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Iditarod

Golden Harness dog is out of Iditarod, but Seavey stays with lead pack

  • Author: Beth Bragg
    | Sports
  • Updated: March 6
  • Published March 5

Mitch Seavey poses with his lead dog Pilot after winning last year’s Iditarod Trail Sled Dog Race. (Bob Hallinen / ADN)

Defending champion Mitch Seavey was one of the first Iditarod mushers to reach Rohn on Monday evening, but he made the climb over Rainy Pass and the descent through Dalzell Gorge without the lead dog that helped him to victory last year.

Pilot, the winner of the 2017 Golden Harness award as the race's top lead dog, was dropped in Skwentna, Seavey's son Danny reported on the ididaride.com website.

Skwentna is 83 miles into the 1,000-mile race to Nome. Seventy miles later in Rainy Pass, Seavey dropped another dog, leaving him with 14 dogs.

The team should be able to adjust to the loss of Pilot, the younger Seavey speculated. But how the loss impacts the team's driver is another matter.

"(I)t's well known around the kennel that Mitch's mood and emotional well being are directly related to Pilot," Danny Seavey wrote. "I just got off the phone with Ryan Santiago, the teams assistant coach. He alluded to the 'only time he's seen Mitch visibly affected emotionally is if someone says anything about Pilot or his health.' So at least on that level, this will affect Mitch."

Seavey still has Crisp, his other main lead dog from last year's team, which made the fastest run to Nome in race history. It's expected that two of Pilot's litter mates, Port and Train, will join Crisp in lead now, according to Danny Seavey.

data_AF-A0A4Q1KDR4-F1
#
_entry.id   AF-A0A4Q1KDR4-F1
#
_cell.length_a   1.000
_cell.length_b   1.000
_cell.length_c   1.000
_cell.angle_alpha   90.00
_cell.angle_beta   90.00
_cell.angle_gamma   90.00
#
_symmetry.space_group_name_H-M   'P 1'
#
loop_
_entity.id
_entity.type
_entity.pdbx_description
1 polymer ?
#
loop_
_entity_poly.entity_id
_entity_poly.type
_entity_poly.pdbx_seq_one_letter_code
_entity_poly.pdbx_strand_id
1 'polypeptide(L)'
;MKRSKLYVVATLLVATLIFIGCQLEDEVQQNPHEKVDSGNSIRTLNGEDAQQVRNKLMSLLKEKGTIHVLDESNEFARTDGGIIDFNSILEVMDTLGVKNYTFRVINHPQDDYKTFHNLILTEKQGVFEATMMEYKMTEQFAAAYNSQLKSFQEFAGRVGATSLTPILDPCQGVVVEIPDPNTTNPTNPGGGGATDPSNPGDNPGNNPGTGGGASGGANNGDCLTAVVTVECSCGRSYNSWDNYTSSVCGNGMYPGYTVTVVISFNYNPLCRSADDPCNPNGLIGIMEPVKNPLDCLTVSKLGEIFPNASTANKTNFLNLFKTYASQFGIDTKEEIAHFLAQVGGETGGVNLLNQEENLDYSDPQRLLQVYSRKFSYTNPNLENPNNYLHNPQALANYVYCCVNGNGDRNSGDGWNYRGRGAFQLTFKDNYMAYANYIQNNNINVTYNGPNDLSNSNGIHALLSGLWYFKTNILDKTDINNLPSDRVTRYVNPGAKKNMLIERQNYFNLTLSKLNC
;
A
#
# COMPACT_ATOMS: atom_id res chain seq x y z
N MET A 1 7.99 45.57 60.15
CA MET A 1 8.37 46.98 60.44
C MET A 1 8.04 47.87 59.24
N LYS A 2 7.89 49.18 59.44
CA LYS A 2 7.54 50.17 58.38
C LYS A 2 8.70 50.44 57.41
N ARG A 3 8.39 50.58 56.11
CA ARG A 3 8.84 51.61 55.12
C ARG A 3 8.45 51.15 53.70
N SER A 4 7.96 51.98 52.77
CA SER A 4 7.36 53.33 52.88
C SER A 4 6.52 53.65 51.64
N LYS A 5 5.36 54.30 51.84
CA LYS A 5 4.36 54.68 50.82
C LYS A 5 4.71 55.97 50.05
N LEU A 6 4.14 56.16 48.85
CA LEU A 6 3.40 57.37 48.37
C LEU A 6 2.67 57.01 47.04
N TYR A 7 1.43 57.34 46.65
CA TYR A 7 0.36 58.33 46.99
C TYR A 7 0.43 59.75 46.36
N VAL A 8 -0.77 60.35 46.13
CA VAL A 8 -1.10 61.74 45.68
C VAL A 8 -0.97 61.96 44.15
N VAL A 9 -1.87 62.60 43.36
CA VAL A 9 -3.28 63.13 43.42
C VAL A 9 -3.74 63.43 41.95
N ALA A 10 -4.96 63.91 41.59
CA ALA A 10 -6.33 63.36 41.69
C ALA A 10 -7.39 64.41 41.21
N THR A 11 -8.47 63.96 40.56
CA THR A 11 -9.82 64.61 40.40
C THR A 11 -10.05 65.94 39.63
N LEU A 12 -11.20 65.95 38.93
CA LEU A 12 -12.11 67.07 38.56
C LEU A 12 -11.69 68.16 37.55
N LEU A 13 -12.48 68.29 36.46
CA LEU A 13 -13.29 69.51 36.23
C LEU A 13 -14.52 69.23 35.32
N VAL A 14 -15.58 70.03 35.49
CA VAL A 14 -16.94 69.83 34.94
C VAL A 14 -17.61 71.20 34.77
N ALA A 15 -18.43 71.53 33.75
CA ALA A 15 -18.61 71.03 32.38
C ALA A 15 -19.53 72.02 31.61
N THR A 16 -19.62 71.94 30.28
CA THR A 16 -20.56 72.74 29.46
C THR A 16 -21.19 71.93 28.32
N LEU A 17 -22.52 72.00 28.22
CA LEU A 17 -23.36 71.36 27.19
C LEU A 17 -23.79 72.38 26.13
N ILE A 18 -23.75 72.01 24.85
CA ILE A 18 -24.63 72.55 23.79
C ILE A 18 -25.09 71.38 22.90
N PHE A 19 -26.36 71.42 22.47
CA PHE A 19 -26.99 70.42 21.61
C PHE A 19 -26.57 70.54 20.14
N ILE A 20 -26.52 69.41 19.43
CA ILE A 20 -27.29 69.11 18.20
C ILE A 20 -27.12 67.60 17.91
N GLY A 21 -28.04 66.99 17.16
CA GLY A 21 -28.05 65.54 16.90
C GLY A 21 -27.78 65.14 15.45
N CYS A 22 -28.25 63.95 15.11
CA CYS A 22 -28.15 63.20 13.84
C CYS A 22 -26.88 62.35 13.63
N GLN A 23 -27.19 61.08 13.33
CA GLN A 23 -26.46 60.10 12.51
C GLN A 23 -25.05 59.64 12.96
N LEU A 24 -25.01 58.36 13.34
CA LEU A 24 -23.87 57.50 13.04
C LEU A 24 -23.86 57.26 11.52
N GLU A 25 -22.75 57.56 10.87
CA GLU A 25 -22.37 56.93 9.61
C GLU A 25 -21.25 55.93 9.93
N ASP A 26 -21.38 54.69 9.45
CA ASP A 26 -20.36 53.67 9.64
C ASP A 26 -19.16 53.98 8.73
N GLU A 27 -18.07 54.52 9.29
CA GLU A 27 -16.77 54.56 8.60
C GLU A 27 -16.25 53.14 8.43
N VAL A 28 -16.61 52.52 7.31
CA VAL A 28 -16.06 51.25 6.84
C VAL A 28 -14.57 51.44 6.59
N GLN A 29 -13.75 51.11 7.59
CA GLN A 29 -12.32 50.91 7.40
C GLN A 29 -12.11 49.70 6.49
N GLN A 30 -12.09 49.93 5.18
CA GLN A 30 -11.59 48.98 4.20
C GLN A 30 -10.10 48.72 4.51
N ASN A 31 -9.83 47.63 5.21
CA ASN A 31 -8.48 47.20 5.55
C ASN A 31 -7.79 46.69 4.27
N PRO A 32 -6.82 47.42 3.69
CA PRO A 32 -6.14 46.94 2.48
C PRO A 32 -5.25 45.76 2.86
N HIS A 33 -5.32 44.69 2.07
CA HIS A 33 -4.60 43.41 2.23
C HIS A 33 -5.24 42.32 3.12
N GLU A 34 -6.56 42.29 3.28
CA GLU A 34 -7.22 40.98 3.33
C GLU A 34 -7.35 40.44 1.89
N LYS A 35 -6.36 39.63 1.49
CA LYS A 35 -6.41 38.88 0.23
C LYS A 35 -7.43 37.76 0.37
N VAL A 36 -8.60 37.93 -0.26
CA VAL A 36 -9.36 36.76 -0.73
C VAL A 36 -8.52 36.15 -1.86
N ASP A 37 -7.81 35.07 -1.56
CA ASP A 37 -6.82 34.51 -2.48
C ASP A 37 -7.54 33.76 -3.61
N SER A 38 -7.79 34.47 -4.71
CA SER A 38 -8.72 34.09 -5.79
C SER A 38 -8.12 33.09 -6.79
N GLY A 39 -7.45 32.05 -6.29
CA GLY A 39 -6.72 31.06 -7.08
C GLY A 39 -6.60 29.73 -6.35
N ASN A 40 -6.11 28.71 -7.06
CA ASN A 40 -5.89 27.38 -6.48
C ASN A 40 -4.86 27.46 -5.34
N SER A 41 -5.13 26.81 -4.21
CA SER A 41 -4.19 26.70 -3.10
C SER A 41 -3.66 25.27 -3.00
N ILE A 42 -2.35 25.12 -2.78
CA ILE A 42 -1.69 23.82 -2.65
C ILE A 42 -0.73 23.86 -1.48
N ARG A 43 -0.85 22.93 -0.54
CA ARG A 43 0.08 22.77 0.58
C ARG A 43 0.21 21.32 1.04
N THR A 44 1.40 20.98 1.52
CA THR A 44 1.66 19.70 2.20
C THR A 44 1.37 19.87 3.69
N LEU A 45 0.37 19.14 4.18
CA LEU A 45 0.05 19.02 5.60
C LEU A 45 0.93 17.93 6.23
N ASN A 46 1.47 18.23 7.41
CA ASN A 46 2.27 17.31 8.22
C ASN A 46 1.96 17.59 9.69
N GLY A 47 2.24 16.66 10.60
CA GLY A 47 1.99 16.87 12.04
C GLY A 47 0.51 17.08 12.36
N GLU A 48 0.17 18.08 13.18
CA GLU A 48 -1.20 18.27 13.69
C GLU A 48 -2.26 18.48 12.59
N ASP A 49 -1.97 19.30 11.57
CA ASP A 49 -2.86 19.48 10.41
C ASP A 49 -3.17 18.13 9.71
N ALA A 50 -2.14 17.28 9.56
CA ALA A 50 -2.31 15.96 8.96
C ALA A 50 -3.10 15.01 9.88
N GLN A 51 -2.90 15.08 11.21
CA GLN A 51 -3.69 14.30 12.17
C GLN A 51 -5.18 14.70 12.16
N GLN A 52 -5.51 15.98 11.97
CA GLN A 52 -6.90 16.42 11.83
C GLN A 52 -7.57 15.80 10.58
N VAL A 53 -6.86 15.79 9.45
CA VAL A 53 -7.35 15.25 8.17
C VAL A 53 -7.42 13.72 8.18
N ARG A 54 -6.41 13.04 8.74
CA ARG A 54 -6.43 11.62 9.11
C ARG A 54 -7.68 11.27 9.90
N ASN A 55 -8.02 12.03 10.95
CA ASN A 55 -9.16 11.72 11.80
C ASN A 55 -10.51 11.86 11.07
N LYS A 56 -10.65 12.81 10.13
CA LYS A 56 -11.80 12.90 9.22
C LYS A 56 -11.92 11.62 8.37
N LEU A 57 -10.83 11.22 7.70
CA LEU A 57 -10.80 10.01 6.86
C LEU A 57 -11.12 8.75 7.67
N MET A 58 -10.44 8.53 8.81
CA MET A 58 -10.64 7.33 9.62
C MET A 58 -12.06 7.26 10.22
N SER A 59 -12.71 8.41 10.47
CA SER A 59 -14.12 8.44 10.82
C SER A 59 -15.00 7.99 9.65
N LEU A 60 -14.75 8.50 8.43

Mitch Seavey was the third musher to reach Rohn on Monday night, part of a steady stream of front runners to put the Alaska Range behind them.

Among the first nine mushers to reach Rohn, Seavey recorded the fastest time on the 35-mile run from Rainy Pass, doing it in 3 hours, 44 minutes. Wade Marrs and Nicolas Petit both did it in 3:54.

Marrs led the way into the checkpoint at 6:45 p.m. with a team of 15 dogs, followed by Ryan Redington, who arrived nine minutes later with a team of 14.

Redington stayed for 14 minutes, dropped a dog, and was back on the trail at 7:08 p.m. Seavey gave chase at 7:27 p.m.

Seavey and Petit reached Rohn within two minutes of each other, with Seavey getting there first at 7:02 p.m. Then came Ray Redington Jr. (7:22 p.m.) and Joar Ulsom (7:35 p.m.).

The race saw its first scratch on Monday morning. Zoya DeNure dropped out in Skwentna, citing "personal health reasons." DeNure has finished the race twice in seven attempts.

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